BEIJING (Reuters) – China’s manufacturing activity grew at the slowest pace in more than a year in August, with export orders shrinking for a fifth month and employers cutting more staff, a private survey showed on Monday.
The gloomy findings reinforce views of a further cooling in China’s economy in coming months, as the United States ramps up tariffs on Chinese goods. That is likely to prompt more spending and other growth boosting steps from Beijing.
The Caixin/Markit Manufacturing Purchasing Managers’ Index (PMI) fell to 50.6 in August from July’s 50.8, matching economists’ forecasts.
Though the index remained above the 50-point mark that separates growth from contraction for the 15th consecutive month, it was the weakest since June 2017. While output improved modestly, most of the other readings were lackluster.
“The manufacturing sector continued to weaken amid soft demand, even though the supply side was still stable…I don’t think that stable supply can be sustained amid weak demand,” Zhengsheng Zhong, director of Macroeconomic Analysis at CEBM Group, said in a note accompanying the survey.
“In addition, the worsening employment situation is likely to have an impact on consumption growth. China’s economy is now facing relatively obvious downward pressure.”
The economy was already showing signs of stress before the U.S. trade row flared. A regulatory crackdown on financial risks and debt was pushing up borrowing costs and making it tougher for firms to get funding, sparking a growing number of defaults.
But the steady reports of weaker export orders suggest the deepening trade dispute is now adding to that pressure, with the impact starting to ripple through to China’s factory floors.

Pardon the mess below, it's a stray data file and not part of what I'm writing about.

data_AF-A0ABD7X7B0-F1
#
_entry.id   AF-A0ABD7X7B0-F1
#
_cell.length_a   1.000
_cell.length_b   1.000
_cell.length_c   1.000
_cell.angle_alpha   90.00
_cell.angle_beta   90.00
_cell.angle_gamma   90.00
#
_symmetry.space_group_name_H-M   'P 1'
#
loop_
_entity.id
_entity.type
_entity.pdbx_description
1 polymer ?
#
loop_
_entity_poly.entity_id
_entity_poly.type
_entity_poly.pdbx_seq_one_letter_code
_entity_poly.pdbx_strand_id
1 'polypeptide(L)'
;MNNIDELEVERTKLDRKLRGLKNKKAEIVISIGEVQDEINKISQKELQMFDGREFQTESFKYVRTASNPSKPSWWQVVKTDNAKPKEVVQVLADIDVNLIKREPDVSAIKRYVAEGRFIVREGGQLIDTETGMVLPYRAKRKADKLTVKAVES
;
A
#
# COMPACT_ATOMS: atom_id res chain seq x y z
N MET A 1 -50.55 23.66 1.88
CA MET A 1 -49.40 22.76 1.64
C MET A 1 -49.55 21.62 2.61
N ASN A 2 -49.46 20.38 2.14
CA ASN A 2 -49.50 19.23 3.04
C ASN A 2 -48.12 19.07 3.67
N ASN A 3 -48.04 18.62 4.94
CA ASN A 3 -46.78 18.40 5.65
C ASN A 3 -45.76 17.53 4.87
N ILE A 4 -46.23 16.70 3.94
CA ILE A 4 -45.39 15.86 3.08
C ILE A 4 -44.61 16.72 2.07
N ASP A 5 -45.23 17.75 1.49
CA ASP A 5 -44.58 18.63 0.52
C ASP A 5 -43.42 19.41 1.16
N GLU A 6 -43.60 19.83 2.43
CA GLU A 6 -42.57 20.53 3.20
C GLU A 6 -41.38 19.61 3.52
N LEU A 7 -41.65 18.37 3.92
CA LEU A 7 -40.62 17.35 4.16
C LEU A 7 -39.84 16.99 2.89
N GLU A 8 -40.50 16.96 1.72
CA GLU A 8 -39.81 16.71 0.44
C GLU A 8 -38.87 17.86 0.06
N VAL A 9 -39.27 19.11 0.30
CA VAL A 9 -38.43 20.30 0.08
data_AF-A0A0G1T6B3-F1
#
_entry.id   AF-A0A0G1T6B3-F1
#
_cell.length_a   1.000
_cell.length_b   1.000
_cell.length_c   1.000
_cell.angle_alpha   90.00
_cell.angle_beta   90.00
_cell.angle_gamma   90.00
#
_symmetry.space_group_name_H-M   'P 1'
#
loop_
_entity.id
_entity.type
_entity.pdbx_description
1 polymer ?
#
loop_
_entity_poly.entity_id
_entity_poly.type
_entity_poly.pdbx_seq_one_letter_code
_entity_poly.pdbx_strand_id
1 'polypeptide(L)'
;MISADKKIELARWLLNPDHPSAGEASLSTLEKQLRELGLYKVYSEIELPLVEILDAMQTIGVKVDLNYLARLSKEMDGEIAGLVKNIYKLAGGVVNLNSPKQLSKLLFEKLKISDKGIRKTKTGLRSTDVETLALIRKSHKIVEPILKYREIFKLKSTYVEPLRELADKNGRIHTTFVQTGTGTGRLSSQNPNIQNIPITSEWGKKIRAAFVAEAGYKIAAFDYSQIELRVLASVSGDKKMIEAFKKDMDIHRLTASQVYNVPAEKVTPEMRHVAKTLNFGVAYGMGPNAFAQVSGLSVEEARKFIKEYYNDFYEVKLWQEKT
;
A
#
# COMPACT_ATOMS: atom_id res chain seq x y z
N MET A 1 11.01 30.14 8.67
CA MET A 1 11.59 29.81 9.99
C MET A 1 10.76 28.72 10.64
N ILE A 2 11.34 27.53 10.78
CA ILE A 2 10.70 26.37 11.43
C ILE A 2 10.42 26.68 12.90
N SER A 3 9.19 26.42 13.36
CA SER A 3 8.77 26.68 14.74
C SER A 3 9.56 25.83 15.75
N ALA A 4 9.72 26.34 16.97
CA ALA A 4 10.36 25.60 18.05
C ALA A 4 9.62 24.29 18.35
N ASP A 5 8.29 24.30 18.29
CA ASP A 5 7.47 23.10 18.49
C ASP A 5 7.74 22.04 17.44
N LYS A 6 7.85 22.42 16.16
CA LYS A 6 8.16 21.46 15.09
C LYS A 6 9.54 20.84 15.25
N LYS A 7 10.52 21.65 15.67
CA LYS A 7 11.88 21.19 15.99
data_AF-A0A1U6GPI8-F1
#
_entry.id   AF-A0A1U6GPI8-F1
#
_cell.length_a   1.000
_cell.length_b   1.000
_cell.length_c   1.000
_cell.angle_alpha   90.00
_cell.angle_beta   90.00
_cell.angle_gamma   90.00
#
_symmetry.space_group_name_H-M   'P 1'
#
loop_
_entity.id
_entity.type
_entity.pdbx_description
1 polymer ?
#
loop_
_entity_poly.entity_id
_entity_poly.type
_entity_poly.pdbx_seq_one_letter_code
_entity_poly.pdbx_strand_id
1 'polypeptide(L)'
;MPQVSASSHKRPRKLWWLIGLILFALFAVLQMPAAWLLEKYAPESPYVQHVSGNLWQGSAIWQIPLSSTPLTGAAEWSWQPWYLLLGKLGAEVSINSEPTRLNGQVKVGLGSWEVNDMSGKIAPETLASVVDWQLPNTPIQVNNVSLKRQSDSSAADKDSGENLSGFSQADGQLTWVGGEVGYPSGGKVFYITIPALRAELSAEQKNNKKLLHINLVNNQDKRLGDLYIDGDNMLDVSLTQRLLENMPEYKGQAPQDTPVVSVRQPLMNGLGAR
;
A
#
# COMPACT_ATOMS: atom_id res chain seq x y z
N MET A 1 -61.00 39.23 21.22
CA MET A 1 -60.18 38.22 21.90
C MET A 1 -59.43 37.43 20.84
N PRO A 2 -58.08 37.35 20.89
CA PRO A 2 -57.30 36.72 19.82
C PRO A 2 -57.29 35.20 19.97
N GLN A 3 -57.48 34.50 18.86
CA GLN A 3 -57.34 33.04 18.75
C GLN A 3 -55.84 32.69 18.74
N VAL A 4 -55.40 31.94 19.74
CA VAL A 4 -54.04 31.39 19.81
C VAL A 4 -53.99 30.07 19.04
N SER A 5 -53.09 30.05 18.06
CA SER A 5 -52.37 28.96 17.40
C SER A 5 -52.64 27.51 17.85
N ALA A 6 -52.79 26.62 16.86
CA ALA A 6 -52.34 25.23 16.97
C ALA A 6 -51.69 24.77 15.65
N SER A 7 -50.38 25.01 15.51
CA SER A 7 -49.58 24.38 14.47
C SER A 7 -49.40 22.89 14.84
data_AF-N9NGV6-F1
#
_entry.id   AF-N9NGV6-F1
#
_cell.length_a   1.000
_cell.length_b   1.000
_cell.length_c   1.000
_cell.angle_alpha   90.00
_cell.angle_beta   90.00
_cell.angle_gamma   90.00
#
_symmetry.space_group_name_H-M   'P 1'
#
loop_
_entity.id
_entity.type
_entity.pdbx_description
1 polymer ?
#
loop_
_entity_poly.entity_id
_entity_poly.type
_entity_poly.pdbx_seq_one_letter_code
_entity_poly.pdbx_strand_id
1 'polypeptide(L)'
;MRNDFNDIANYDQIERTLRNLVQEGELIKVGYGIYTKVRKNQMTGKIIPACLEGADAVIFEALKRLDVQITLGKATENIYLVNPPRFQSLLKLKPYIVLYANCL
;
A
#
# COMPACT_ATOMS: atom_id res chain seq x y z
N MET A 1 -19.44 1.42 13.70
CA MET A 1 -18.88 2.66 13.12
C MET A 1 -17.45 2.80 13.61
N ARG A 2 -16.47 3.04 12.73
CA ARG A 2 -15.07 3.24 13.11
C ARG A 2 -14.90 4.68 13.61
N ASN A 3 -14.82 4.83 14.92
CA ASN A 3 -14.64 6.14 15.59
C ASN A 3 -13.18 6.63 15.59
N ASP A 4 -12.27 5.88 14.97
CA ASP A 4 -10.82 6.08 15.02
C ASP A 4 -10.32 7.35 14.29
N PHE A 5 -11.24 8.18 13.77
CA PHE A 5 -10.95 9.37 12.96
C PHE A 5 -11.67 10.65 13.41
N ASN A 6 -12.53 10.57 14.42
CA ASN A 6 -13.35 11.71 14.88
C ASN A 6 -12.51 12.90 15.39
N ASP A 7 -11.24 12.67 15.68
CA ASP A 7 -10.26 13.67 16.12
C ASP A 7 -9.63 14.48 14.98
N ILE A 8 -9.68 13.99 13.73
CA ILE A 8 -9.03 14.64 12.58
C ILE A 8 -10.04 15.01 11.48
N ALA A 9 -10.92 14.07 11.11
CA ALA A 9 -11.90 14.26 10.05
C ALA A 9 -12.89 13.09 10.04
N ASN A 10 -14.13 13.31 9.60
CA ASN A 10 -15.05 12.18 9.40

New export orders – an indicator of future activity — have contracted for the longest stretch since the first half of 2016, the Caixin PMI showed.
The sub-index came in at 48.8 in August, compared with 48.4 in July. As a result, total new business, domestic and foreign, rose at the weakest pace since May 2017.
An official PMI survey on Friday also showed another month of sliding export orders, though its overall activity reading ticked higher.
President Donald Trump’s administration could slap tariffs on another $200 billion of Chinese imports as early as this week.
Facing rising costs and sluggish demand, China’s manufacturers have been reducing their payrolls for nearly five years straight, according to the Caixin survey, which focuses more on small and mid-sized firms. But the August staff cuts were the sharpest in over a year.
An analysis of financial data of Shanghai-listed companies published by the Shanghai Stock Exchange on Sunday confirmed that some companies are grappling with cost pressures.
Their report found that downstream consumer firms were being squeezed in the first half of the year by higher raw materials costs and weaker-than-expected consumer demand, while upstream and midstream oil, metals and chemicals manufacturers posted the strongest profit growth.
Some firms are also facing operating difficulties due to trade frictions between the United States and China and economic restructuring, the report said.
Chinese officials have pledged to prevent extensive job losses as trade risks mount, following a rise in the July unemployment rate.
Policymakers are accelerating approvals for road and rail projects and are trying to reduce business costs. More cash is being pumped into the financial system to bring down lending rates, taxes are being cut and state banks are being urged to keep credit flowing to companies hit by trade tensions.
But economists caution it will take some time for actual infrastructure construction to get going and put a floor under the cooling economy. Fixed-asset investment growth in the first seven months of the year fell to a record low.
Meanwhile, corporate price pressures continue to rise, the private survey showed. Input costs increased at a sharp and accelerated pace last month but only one in 10 respondents said they were able to pass these on to their customers.
Reporting by Elias Glenn; Editing by Kim Coghill & Shri Navaratnam
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